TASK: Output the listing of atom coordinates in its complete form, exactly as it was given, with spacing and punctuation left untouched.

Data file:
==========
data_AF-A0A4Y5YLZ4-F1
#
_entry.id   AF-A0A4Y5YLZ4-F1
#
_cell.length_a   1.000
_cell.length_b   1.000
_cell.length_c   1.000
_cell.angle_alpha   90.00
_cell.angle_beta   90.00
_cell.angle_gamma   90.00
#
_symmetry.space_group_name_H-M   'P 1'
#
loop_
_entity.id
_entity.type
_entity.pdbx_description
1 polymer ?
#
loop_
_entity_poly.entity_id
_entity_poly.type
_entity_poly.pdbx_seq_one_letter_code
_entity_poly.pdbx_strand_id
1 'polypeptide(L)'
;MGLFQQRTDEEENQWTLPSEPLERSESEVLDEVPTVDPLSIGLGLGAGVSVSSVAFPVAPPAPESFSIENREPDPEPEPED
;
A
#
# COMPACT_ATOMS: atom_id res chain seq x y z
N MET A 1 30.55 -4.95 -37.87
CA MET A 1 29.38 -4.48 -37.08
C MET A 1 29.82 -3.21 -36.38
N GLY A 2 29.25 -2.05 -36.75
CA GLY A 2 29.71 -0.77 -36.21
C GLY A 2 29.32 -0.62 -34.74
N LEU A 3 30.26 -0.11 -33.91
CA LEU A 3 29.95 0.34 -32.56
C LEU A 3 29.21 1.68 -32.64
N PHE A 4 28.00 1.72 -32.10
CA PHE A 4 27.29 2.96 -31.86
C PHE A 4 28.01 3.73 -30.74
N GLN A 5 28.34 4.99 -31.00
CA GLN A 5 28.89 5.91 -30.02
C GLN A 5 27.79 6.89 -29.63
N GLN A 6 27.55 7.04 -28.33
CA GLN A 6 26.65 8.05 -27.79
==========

data_AF-A0A4Y5YLZ4-F1
#
_entry.id   AF-A0A4Y5YLZ4-F1
#
_cell.length_a   1.000
_cell.length_b   1.000
_cell.length_c   1.000
_cell.angle_alpha   90.00
_cell.angle_beta   90.00
_cell.angle_gamma   90.00
#
_symmetry.space_group_name_H-M   'P 1'
#
loop_
_entity.id
_entity.type
_entity.pdbx_description
1 polymer ?
#
loop_
_entity_poly.entity_id
_entity_poly.type
_entity_poly.pdbx_seq_one_letter_code
_entity_poly.pdbx_strand_id
1 'polypeptide(L)'
;MGLFQQRTDEEENQWTLPSEPLERSESEVLDEVPTVDPLSIGLGLGAGVSVSSVAFPVAPPAPESFSIENREPDPEPEPED
;
A
#
# COMPACT_ATOMS: atom_id res chain seq x y z
N MET A 1 30.55 -4.95 -37.87
CA MET A 1 29.38 -4.48 -37.08
C MET A 1 29.82 -3.21 -36.38
N GLY A 2 29.25 -2.05 -36.75
CA GLY A 2 29.71 -0.77 -36.21
C GLY A 2 29.32 -0.62 -34.74
N LEU A 3 30.26 -0.11 -33.91
CA LEU A 3 29.95 0.34 -32.56
C LEU A 3 29.21 1.68 -32.64
N PHE A 4 28.00 1.72 -32.10
CA PHE A 4 27.29 2.96 -31.86
C PHE A 4 28.01 3.73 -30.74
N GLN A 5 28.34 4.99 -31.00
CA GLN A 5 28.89 5.91 -30.02
C GLN A 5 27.79 6.89 -29.63
N GLN A 6 27.55 7.04 -28.33
CA GLN A 6 26.65 8.05 -27.79